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Environmental brief ~ CA joins states suit to increase appliance energy-efficiency

[JURIST] In Thursday's environmental law news, California has joined 14 other states suing the US Department of Energy (DOE) [official website], alleging that the agency is 6 to 13 years behind schedule in updating efficiency standards for some household and commercial appliance categories and has failed to issue any new efficiency standards at all since January 2001. The 1987 Federal Energy Policy and Conservation Act requires the DOE to periodically review and strengthen efficiency standards. The Sacramento Bee has more.

In other environmental law news,

  • The California Air Resources Board [official website] is having a public hearing [webcast of hearing] to discuss and act on a proposal that would temporarily relax gas pollution standards in the state. Following Hurricane Katrina which damaged oil rigs and refineries, the US Environmental Protection Agency announced that it would allow the distribution of gasoline with a lower evaporative standard [JURIST report] than required by some states. A number of states with tighter standards subsequently relaxed them. The relaxed standard in CA could increase local ozone levels by 1 percent, which could violate federal air pollution standards. The Los Angeles Times has more.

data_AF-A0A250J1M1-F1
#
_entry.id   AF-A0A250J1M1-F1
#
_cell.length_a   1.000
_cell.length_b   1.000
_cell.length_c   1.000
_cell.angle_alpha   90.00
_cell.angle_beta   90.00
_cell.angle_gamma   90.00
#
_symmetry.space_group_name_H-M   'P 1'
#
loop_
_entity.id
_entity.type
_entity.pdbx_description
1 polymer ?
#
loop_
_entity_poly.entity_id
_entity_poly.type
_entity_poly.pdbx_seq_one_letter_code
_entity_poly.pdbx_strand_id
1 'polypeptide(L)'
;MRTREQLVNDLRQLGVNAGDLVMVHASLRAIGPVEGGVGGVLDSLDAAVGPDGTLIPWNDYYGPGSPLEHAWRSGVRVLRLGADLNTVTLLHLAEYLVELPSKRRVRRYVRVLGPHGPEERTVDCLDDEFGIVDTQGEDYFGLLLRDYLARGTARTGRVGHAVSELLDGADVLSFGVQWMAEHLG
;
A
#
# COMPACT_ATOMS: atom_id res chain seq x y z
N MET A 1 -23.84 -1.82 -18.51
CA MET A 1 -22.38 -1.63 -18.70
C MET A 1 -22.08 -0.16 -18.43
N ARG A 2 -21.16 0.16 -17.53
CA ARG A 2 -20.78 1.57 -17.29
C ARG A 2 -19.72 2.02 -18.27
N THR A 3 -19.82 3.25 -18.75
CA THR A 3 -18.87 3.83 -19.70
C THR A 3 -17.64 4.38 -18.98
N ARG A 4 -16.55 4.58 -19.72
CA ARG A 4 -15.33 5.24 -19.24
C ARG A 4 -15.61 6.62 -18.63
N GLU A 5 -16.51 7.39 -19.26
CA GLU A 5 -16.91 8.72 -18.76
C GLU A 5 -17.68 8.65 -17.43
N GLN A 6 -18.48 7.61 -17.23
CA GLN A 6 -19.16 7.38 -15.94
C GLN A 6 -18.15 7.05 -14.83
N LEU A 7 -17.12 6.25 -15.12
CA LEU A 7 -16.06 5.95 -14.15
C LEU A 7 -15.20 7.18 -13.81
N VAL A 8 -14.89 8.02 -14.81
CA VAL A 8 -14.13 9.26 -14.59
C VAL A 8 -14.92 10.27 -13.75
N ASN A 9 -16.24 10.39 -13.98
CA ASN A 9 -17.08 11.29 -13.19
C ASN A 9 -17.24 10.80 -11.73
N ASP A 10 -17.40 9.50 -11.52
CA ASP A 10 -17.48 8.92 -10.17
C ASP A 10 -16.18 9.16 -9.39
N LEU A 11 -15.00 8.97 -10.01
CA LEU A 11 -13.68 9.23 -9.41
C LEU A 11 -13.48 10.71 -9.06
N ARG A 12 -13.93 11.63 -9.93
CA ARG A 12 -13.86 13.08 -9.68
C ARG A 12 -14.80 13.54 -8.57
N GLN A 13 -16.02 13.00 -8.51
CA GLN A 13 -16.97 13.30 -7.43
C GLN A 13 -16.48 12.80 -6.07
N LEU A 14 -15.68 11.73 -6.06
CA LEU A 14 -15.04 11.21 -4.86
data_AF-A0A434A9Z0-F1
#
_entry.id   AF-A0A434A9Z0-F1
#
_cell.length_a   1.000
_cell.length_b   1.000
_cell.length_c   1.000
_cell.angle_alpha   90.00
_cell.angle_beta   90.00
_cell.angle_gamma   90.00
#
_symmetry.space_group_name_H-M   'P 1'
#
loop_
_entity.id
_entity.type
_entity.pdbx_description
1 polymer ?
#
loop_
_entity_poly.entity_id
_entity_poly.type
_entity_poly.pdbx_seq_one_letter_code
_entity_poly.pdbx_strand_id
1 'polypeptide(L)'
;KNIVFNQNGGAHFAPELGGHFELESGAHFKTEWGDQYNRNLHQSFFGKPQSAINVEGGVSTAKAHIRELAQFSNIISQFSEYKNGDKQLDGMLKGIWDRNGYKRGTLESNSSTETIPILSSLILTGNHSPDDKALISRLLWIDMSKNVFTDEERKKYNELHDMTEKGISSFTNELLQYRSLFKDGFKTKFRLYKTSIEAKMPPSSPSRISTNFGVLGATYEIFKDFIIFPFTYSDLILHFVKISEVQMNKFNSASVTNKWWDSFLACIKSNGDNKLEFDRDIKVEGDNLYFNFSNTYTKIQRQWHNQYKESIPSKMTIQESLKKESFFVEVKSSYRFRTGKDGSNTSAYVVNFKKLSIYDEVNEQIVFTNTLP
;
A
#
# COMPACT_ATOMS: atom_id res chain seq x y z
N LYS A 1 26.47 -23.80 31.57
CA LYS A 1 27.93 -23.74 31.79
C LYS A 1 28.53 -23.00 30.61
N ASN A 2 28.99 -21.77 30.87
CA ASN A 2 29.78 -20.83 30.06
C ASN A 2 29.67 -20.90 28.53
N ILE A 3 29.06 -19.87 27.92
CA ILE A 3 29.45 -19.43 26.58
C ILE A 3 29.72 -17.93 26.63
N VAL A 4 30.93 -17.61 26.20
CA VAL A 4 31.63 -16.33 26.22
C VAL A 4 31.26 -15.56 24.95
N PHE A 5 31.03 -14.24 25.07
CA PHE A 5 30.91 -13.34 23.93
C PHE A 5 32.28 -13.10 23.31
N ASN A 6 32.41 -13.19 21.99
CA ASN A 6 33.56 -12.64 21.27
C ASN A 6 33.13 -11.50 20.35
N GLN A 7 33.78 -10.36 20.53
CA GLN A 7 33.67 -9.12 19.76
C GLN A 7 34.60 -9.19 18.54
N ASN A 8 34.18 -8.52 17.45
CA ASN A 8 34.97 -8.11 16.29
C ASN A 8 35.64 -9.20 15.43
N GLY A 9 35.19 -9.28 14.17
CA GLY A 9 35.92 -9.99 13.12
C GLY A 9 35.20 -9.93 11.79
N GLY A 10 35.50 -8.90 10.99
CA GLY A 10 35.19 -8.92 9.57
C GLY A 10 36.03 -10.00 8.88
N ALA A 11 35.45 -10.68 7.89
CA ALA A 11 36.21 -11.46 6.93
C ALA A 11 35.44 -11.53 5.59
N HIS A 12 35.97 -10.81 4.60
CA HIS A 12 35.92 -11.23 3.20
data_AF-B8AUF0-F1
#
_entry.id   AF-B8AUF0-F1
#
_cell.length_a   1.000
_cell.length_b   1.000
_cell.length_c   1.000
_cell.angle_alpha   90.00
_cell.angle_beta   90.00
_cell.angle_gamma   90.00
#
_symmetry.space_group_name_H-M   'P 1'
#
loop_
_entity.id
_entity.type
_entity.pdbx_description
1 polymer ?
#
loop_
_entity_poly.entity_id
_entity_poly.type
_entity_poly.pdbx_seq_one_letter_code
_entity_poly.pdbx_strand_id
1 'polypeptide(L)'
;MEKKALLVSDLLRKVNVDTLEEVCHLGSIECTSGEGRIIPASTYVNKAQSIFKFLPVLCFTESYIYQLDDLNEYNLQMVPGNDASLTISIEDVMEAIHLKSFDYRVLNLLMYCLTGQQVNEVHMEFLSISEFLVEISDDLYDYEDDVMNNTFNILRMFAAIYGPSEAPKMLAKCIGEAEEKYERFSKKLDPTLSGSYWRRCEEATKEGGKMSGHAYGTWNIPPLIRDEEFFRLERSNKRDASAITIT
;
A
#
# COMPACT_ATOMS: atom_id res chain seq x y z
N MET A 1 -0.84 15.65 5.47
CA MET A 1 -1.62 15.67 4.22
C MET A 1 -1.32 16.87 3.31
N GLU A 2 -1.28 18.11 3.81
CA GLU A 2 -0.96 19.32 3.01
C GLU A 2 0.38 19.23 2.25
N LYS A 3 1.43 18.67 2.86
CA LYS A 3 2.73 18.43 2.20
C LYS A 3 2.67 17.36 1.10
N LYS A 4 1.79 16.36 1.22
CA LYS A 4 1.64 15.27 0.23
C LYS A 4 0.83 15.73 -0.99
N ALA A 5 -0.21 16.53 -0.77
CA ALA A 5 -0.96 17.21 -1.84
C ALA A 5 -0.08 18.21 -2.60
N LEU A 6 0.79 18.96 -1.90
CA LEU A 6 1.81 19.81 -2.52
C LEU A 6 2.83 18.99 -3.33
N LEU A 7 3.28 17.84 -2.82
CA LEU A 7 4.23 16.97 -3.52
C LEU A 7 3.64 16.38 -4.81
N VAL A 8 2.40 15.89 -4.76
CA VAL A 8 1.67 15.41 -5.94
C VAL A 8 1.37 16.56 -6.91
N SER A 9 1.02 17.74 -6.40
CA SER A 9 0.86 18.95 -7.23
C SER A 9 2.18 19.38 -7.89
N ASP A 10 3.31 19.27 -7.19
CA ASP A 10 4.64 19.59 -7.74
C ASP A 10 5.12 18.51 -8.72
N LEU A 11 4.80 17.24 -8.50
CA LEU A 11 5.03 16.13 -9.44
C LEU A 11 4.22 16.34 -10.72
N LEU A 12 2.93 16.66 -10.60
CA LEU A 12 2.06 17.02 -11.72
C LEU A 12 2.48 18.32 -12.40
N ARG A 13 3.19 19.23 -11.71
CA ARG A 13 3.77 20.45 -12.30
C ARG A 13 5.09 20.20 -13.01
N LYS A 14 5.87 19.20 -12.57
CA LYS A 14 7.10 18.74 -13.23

• A West Virginia circuit court [official website] is hearing testimony in a case that could force the Mingo Logan mining company [corporate website] to provide water to households whose wells have gone dry due to longwall mining. A 1992 federal law [text] requires coal operators to replace water supplies that underground mining operations damage or destroy. The residents allege that the company's attempts to provide water, namely, dwelling new wells and setting up large water holding tanks, have been inadequate. They ask that public lines are run to each house and that the company pay each household’s costs for 30 years of public water service. The case is expected to go to the jury on Friday. The Charleston Gazette has more.

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Paper Chase is JURIST's real-time legal news service, powered by a team of 30 law student reporters and editors led by law professor Bernard Hibbitts at the University of Pittsburgh School of Law. As an educational service, Paper Chase is dedicated to presenting important legal news and materials rapidly, objectively and intelligibly in an accessible format.

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